Tragic Death of an American Mall

“Mallrat to Snapchat: The End of the Third Place,”

Front Room gallery in New York
November 29th – January 12th, New York, NY 

written by Peter Duhon in New York
New York based photographer Phillip Beuhler’s second solo exhibition at Front Room Gallery in New York’s Lower Eastside in Manhattan titled “Mallrat to Snapchat: The End of the Third Place,”. These photographs document the abandoned and dilapidated Wayne Hills Mall in Wayne, New Jersey. One immediately considers the recent Amazon and Jeff Bezos impact on the retail brick and mortar sector but these photographs also portend to a global crisis as the decline and rot of the American Mall was initiated before the ascent of the Amazonian model.
Much of the instability and protests in the world, as seen in Iraq, Chile, Paris and Lebanon, to name a few, have been initiated by the failed promises and fervor of pro-neoliberal politicians and aloof academics whose policies and ideologies have disproportionately looted the middle class. Interestingly enough, the failure and inability of corporations to adapt to change is on full display. Sam Goody as exhibit A.
One could argue that there’s a correlation between this work and the new mega mall projects, Hudson Yards in Manhattan and the not as yet christened New Jersey 5 billion dollar mall/entertainment complex. However, there exists a monumental difference between the American mall of yesteryear with the aims and objectives which were situated in supplying shopping fodder for an ever expanding middle class and baby boomer generation versus the Hudson Yards mall of today which was designed and built to serve an elite class which has seen enormous growth since the 80s.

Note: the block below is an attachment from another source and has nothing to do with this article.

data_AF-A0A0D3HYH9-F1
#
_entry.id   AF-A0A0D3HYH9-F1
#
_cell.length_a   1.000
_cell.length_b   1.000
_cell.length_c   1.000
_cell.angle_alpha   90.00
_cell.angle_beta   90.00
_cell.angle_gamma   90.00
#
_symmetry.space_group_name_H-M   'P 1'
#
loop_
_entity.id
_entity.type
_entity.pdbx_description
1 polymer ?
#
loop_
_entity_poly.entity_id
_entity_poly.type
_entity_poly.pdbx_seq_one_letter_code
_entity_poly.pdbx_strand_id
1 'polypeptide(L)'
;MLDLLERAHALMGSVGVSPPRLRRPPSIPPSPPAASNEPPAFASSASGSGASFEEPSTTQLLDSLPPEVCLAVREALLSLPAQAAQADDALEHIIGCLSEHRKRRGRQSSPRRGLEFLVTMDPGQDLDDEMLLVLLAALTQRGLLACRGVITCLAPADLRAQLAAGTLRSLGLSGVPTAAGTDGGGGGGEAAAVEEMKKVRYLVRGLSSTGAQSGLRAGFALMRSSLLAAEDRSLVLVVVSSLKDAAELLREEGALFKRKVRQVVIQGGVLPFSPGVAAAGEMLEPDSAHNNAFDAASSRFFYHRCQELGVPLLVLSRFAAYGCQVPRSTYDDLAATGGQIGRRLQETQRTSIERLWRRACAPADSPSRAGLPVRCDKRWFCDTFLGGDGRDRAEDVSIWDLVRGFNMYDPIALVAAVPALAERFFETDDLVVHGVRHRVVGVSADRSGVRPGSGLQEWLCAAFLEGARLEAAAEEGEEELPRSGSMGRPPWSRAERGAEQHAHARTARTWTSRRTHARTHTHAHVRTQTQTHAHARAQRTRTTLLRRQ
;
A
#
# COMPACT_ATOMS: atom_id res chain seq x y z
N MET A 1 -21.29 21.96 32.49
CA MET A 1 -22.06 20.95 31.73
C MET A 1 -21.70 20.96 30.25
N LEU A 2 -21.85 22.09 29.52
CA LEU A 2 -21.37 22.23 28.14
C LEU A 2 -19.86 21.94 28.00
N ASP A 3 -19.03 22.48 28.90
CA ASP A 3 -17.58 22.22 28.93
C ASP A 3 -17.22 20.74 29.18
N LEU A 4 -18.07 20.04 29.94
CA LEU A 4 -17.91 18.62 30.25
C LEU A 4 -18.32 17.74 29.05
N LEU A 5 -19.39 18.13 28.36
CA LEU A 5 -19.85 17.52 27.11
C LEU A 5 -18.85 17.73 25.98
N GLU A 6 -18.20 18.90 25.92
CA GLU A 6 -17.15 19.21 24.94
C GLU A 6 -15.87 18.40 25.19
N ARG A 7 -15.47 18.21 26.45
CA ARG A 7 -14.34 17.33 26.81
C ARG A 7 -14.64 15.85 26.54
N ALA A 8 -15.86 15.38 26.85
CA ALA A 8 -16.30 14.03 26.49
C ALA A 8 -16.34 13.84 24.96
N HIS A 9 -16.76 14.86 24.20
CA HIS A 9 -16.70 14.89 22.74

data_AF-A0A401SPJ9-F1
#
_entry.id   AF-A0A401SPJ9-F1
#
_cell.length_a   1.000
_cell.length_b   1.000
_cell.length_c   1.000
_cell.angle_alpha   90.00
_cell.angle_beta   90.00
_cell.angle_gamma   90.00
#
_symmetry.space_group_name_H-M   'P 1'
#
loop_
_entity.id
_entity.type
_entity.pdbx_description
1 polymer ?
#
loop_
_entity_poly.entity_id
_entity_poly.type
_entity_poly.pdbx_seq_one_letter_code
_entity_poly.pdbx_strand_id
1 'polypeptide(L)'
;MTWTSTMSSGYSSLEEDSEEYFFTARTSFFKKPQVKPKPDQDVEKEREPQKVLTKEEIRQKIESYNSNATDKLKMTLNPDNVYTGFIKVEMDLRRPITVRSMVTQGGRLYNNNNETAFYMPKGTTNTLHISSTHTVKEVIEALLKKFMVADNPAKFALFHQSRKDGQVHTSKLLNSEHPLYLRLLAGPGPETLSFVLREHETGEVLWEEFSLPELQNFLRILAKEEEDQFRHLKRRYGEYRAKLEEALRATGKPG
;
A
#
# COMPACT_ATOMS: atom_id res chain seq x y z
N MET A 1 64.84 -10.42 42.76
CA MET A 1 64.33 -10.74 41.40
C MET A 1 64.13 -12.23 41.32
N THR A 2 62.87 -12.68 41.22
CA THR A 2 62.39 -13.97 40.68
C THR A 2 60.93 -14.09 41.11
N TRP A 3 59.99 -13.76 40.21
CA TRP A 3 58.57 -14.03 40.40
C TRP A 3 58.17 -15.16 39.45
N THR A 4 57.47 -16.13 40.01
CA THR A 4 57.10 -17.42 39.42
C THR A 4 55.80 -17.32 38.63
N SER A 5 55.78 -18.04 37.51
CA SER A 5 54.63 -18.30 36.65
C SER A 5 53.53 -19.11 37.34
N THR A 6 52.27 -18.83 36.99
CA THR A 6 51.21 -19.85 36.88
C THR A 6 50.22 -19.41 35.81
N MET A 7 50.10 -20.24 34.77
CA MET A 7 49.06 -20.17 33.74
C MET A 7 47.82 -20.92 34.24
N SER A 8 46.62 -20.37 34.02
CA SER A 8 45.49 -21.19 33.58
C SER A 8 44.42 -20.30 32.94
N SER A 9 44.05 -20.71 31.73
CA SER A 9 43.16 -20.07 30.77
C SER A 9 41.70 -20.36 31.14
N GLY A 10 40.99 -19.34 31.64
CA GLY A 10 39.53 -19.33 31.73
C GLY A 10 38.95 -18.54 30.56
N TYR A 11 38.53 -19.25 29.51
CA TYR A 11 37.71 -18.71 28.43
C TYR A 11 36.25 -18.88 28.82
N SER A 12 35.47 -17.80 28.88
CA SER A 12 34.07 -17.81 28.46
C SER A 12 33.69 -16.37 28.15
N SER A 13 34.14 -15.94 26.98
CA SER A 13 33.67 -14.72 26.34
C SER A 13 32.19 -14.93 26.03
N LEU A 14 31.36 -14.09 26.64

This difference and distance in objectives between yesteryear‘s failed spaghetti bowl social mall experiments of everyone getting along and mixing and matching all for the betterment of society at the local mall, and today’s court jester projects designed as a playground for the ultra elite and not the local teenager trying to score his first romantic encounter at a labyrinth mall are stark and brutal.
The vinyl albums and music spinning from the turntable favors a balanced experience in this exhibition for the viewer, dissipating the pessimism displayed on the white walls with a touch of euphoric nostalgia driven by backdrop 80s music.
Beuhler commenced documenting architectural decay back in 1973 under the term “modern ruins,” a neologism he pioneered. He is also well known for his photographs published in “Woody Guthrie’s Wardy Forty,” having won a number of accolades for documenting the singer/songwriter/activist’s life at Greystone Park Psychiatric.
The exhibition in this intimate gallery is definitely worth a visit as it resuscitates and energizes a topic that at times may be hidden from view.
Photos of exhibition and trailer courtesy of @artcomments
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